There are several oil wells in the SDF controlled area and it is likely that these were the target of the push across the line. Either as a rouge operation to size the wells and their income or as way for the Kremlin to test US resolve with plausible deniability if the Kurds & US troops stood their ground.

Tgunner14 Feb 2018 12:08 p.m. PST

But I could be wrong. This article supports that there were significant numbers of Russian fighters in this action. They took some serious losses with some of the wounded being transported back to Russia for treatment.


I found these two paragraphs interesting.

The death toll from the skirmish, already about five times more than Russia's official losses in Syria, is still rising, according to one mercenary commander who said by phone that dozens of his wounded men are still being treated at military hospitals in St. Petersburg and Moscow.

Most of those killed and injured were Russian and Ukrainian, many of them veterans of the separatist conflict in eastern Ukraine, according to Alexander Ionov, who runs a Kremlin-funded group that fosters ties to separatists and who's personally fought alongside pro-government forces in Syria.

Ive never heard of Alexander Ionov, but he appears to be one of the sources for this article.

Tgunner16 Feb 2018 2:12 a.m. PST

I guess this is a sort of conformation.


Barin121 Feb 2018 3:01 a.m. PST

Took me some time to dig through the information and misinformation on the accident.
Official death toll is 4, opposition newspaper "Novaya Gazeta" says 16, with 4 confirmed by meeting with their relatives. Hundreds of losses look like initial hype, and include total losses of the operation from total forces.
Today there's a large interview with former PMC, who is shedding some light on what has happened, and Russian PMC in general.
What he is saying (and it is also a version of opposition newspaper) that the purpose of the attack was a particular oil field, currently in the posession of Syrian Kurds. The mercs were hired by Russian businessman Prigozhin, so the claim that it wasn't authorized by Russian military looks true. They didn't have recon support or air cover and some of their artillery was WWII M-30 howitzers.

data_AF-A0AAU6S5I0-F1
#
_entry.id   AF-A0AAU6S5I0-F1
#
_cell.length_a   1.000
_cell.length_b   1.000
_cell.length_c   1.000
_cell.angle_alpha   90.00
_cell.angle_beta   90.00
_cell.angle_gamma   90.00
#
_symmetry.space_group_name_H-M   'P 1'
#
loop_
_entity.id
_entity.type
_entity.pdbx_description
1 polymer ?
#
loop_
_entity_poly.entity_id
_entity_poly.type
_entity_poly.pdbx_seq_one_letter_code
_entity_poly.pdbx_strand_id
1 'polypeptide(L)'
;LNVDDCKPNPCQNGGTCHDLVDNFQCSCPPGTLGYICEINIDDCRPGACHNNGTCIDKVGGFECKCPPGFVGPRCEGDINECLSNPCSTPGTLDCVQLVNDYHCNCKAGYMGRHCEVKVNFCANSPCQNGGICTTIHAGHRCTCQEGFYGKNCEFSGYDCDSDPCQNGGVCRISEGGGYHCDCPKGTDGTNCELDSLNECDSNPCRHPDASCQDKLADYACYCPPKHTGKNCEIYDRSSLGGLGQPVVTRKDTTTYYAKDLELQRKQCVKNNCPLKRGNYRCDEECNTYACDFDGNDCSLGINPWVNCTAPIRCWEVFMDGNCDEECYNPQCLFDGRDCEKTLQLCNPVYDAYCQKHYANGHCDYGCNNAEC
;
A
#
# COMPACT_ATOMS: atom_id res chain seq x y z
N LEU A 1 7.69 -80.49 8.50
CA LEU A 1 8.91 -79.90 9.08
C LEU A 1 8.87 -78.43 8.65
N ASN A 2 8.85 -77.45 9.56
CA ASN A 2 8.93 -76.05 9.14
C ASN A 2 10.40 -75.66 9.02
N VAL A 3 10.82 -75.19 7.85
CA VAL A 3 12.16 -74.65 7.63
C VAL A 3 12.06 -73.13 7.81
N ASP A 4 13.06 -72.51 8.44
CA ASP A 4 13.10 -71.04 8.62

The interviewed guy said that attacking kurds was a very bad idea, as Vagner is actively involved in Iraq Kurdistan, guarding both local-owned oil wells and those, belonging to Lukoil. He considered Kurds to be one of the best employers (so looks like Kurds were using PMC for many years).
PMC are illegal in Russia by law, but due to top level connections they still operate ( and it seems that can be hired by Russian corporations abroad for patrol or guard duties, if they mask themselves as just Private Guard Service).
The guy complained that due to influx of mercs from Africa and Latin AMerica, the rates dropped a lot, so in order to get the deal, the commanders are cutting the prices and then hire various scum, and those who has little or no military experience at all.
He also said that most of the stuff these guys are doing on regular base is non-combat operations – surveillance, guard duties, installation of engineering defence lines, etc.
Also said that a chain of attacks on hotels and locations and foreign personnel in Afghanistan are due to the push local government executed on "normal" PMC, so they could replace them with locals. ALso said that Afghanistan and to some extent Iraq are heavily regulated now in regards to weapons PMC can use.
Nothing like this in Ukraine, Sudan, or Syria.

It was an interesting read…

Tango01 Supporting Member of TMP21 Feb 2018 10:27 a.m. PST

Glad you enjoyed it Barin 1… and many thanks for your guidance… (smile)


USAFpilot21 Feb 2018 5:32 p.m. PST

I think that the people who need to know what happened, know. A very clear message was sent. No political talk about 'red lines'; just a very decisive action.